Business Insider: – The end of the bond bull market will be signaled by a stampede. – Bonds have been in a monster bull market for decades. This has plenty of people believing that interest rates have nowhere to go but up. However, we have yet to see a sustained upward move in interest rates, which would signal the end of the bond bull market.
Bloomberg: – US debt may rise as D.C. dysfunction draws downgrade. – Treasury yields, now at almost eight- month highs, are set to reverse course as political wrangling in Washington and a “likely” U.S. credit downgrade drive investors to the safety of government debt, according to UBS AG.
WSJ: – Corporate bond yields may fall further amid relaxed Basel rules. – A change of rules allowing corporate debt to count towards the capital that banks must hold to guard against potential financial stress may push bond yields even lower as demand continues to outstrip supply, analysts say.
Learn Bonds: – Important considerations for handicapping future Fed policy. – The Fed is now providing inflation and unemployment guideposts for determining future policy. So what does this mean for the bond markets?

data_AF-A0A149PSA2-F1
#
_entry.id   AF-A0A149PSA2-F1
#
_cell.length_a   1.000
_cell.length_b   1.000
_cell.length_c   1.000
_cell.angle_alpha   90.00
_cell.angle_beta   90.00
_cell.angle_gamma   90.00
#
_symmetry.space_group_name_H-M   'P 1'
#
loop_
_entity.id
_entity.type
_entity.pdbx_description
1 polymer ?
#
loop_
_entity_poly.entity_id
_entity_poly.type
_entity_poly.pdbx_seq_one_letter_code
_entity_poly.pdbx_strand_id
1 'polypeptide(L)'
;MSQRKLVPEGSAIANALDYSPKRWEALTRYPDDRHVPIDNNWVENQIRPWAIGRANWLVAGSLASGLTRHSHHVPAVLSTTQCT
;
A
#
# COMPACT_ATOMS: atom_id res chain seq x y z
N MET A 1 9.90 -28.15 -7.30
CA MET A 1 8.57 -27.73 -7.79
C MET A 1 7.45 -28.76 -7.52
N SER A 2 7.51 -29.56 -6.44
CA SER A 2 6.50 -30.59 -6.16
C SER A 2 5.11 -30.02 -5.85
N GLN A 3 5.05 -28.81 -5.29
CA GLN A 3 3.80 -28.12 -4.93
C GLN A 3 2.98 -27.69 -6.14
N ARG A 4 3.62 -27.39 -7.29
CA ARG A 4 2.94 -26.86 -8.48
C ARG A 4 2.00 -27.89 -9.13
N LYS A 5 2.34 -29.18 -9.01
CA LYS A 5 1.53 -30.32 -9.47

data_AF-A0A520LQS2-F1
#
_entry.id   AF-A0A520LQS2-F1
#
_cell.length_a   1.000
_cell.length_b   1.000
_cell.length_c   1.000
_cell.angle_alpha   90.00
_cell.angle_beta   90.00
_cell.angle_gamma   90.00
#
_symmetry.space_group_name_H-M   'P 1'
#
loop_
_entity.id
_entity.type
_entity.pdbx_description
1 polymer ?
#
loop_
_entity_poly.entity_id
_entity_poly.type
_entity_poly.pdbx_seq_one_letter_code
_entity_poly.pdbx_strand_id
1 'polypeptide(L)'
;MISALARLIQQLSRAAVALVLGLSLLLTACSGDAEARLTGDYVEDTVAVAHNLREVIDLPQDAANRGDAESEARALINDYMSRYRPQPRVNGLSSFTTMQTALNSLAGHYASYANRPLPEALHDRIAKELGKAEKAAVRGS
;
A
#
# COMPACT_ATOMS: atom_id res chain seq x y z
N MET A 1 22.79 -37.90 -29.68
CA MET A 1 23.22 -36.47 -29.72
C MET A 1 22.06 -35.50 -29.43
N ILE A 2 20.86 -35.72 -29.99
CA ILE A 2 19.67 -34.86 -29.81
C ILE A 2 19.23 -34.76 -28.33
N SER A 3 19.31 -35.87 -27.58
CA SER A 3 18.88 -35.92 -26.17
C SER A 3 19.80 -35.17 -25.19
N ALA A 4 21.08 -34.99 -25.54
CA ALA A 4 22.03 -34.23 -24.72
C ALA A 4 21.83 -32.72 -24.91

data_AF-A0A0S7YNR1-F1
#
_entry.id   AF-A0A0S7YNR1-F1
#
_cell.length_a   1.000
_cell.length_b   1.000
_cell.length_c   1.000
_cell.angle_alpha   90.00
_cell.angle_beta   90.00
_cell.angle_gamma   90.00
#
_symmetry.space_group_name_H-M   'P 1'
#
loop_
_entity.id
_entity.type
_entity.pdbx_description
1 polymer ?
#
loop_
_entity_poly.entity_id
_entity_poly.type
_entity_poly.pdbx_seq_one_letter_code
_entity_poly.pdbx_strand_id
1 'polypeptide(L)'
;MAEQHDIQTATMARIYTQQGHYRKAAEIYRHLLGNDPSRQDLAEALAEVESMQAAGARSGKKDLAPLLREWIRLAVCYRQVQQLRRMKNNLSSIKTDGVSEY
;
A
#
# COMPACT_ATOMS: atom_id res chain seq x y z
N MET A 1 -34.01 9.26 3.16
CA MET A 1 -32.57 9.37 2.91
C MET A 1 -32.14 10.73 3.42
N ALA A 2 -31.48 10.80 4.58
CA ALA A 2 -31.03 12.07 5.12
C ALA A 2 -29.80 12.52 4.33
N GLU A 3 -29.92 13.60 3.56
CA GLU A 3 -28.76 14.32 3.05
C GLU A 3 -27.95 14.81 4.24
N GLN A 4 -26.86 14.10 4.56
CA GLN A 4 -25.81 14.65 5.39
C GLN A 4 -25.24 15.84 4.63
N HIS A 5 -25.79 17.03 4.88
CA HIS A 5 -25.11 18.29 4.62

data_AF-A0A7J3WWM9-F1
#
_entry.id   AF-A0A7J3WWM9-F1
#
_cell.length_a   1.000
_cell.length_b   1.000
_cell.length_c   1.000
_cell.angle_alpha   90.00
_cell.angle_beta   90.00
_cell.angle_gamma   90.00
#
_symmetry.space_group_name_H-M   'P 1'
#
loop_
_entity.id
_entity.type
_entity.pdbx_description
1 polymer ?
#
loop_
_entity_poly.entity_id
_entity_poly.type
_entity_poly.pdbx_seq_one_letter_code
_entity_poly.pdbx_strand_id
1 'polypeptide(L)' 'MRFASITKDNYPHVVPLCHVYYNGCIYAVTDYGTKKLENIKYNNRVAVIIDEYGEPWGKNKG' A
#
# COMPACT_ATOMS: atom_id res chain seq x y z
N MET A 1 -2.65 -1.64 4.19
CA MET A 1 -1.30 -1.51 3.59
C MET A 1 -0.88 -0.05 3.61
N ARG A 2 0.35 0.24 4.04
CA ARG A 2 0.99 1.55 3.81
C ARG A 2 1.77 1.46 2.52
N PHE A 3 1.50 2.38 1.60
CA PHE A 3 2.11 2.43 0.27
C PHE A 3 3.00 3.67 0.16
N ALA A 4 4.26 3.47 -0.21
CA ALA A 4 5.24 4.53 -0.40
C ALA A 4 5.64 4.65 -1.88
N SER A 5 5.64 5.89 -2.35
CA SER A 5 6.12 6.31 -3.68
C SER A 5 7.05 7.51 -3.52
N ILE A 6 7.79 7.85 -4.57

FT Alphaville: – Just where are investors placing their money in the high yield market? – Everybody knows there’s a shortage of yield right now. This has made the high yield market exceptionally attractive in the post-crisis environment. But what’s really interesting is not really that high-yield is attractive in and of itself, but rather which particular segment of the high-yield market the money has been flowing to.
ETF Daily: – Watch for a major shift in the bond market. – With the recent fiscal cliff deal, Washington essentially kicked the can down the road with some tax increases, but no meaningful spending cuts. Instead, the $110 billion in automatic spending cuts have been delayed for a couple more months. As a result, we can surely expect more volatility in financial markets early this year as the debt ceiling drama plays out. As a result the bond market will likely get hurt more than the stock market.
ETF Trends: – Will the bond ETF bubble burst in 2013? – It has been a rocky start to 2013 for Treasury bond ETFs. After three decades of declines, interest rates are near rock bottom, and many Wall Street experts think the bond bubble may be about to burst. But ultimately, it doesn’t matter if it happens in 2013, 2014 or 2015. What matters is that you’re not invested in bonds when it does.
Quartz: – Why investors now love emerging-market junk bonds. – Investors are stampeding to lend to the world’s riskiest companies and countries. Usually a conservative bunch, bond fund managers now cannot get enough of debt issued by Chinese property developers or risky governments such as Vietnam. This is largely because investment yields on Treasury bonds have collapsed. But the rewards can blind one to the perils; these types of bonds are called junk for a reason.